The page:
OSHRC Docket No. 14124

Occupational Safety and Health Review Commission

January 12, 1977


Before BARNAKO, Chairman; MORAN and CLEARY, Commissioners.


Baruch A. Fellner, Office of the Solicitor, USDOL

William S. Kloepfer, Regional Solictior

Thomas R. Merlino, Owens-Corning Fiberglass Corp., for the employer

Joseph N. Antle and Chairman Wilbur R. McKee, President, Health & Safety Committee, G.B.B.A, Local 244, for the employees



This case is before the Commission pursuant to a sua sponte order for review. The parties have filed no objections to the Administrative Law Judge's decision, either by way of petitions for discretionary review or response to the order for review. Accordingly, there has been no appeal to the Commission, and no party has otherwise expressed dissatisfaction with the Administrative Law Judge's decision.

In these circumstances, the Commission declines to pass upon, modify or change the Judge's decision in the absence of compelling public interest. Abbott-Sommer, Inc., 3 BNA OSHC 2032, 1975-76 CCH OSHD para. 20,428 (No. 9507, 1976); Crane Co., 4 BNA OSHC 1015, 1975-76 CCH OSHD para. 20,508 (No. 3336, 1976); see also Keystone Roofing Co., Inc., v. O.S.H.R.C., 539 F.2d 960, 964 (3d Cir. 1976). The order [*2] for review in this case describes no compelling public interest issue.

The Judge's decision is accorded the significance of an unreviewed Judge's decision. Leone Constr. Co., 3 BNA OSHC 1979, 1975-76 CCH OSHD para. 20,387 (No. 4090, 1976).

It is ORDERED that the decision be affirmed.



MORAN, Commissioner, Concurring:

I would affirm the Judge's decision for the reasons set forth in his decision which is attached hereto as Appendix A. For the reasons expressed in my separate opinion in Secretary v. Schultz Roof Truss, Inc., OSAHRC Docket No. 14046, Dec. 20, 1976, I disagree with the majority's view regarding the significance of decisions rendered by Review Commission Judges.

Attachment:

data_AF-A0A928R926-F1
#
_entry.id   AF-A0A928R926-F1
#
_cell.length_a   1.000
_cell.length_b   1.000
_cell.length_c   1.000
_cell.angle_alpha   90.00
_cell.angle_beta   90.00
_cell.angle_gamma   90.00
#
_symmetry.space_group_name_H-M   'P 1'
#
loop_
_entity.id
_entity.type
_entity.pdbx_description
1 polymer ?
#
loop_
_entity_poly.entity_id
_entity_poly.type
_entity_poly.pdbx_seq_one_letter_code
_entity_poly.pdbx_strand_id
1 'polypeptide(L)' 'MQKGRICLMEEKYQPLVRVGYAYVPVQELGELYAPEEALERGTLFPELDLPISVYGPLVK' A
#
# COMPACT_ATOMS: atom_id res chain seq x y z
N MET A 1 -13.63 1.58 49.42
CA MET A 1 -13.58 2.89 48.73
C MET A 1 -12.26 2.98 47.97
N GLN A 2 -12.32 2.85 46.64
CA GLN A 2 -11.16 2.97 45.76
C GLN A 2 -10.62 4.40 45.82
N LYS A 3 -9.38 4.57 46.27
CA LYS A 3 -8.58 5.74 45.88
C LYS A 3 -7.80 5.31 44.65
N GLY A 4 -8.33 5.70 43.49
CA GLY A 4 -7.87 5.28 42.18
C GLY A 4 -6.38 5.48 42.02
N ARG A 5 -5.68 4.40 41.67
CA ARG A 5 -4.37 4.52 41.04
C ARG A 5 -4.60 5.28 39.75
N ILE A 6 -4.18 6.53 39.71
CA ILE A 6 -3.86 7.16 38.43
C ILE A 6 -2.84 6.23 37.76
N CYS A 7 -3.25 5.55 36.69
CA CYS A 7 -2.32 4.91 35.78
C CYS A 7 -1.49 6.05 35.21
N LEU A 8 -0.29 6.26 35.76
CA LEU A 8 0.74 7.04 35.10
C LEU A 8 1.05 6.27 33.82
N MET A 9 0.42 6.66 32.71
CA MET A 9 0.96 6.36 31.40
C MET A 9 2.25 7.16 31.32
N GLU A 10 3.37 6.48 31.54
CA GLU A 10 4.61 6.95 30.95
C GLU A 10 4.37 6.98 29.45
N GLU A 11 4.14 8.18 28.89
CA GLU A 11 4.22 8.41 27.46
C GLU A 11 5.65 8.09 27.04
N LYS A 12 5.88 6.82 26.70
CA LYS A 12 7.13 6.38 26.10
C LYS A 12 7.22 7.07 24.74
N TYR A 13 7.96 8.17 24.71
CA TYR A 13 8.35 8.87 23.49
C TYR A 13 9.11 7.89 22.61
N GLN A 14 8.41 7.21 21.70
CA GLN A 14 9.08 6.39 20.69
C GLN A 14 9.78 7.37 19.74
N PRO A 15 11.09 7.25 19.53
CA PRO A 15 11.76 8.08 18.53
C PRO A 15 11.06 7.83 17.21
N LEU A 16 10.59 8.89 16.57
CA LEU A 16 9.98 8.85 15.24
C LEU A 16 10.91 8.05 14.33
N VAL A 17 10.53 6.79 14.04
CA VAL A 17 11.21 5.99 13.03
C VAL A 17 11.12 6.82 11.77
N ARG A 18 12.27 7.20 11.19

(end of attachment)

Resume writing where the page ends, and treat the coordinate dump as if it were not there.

Thomas R. Merlino, For Petitioner

Dennis Dowdell, Jr. and Ronald J. Arrington, For Respondent

Joseph N. Antle, For Correspondent

LaVecchia, Judge, OSHRC:

Statement of the Case

This proceeding involves a petition for modification of abatement period, filed on or about June 30, 1975. An extension of abatement dates of June 30, 1975 and July 26, 1975 n1 to December 31, 1976 is requested. Statements of position were filed by the petitioner and respondent. [*3] The corespondent, given party status at the commencement of the hearing, had previously made its position known when it contested anything more than a 6-month extension in a letter dated July 14, 1975. Pursuant to section 10(c) of the Occupational Safety and Health Act of 1970 (29 U.S.C. 651 et seq.), the hearing was held on December 2, 1975 at Columbus, Ohio.

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n1 As a result of inspections conducted on April 13, 1973 and July 22, 1974 citations were issued against petitioner on June 5, 1973 and July 26, 1974 respectively charging violations, none of which were contested, of certain standards promulgated under the Act. We are concerned here with 29 CFR 1910.95(b)(1), under Citation No. 1 issued in June 1973 and 29 CFR 1910.95 under Citation No. 3 issued in July 1974. In Citation No. 1 the original abatement date fixed was June 6, 1974. This date was subsequently extended to December 6, 1974, and then to June 30, 1975. In Citation No. 3 the original abatement date was July 26, 1975; petitioner requests that both of these dates be extended to December 31, 1976.

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Briefs were filed by petitioner and respondent Secretary.

The Considered Violations

The citation issued on June 5, 1973 alleged violation of 29 CFR 1910.95(b)(1) for failure to maintain sound levels at or below limits set in Table GS-16 by feasible administrative or engineering means at these workplaces:

(1) Operator, aerocor furnace No. 16;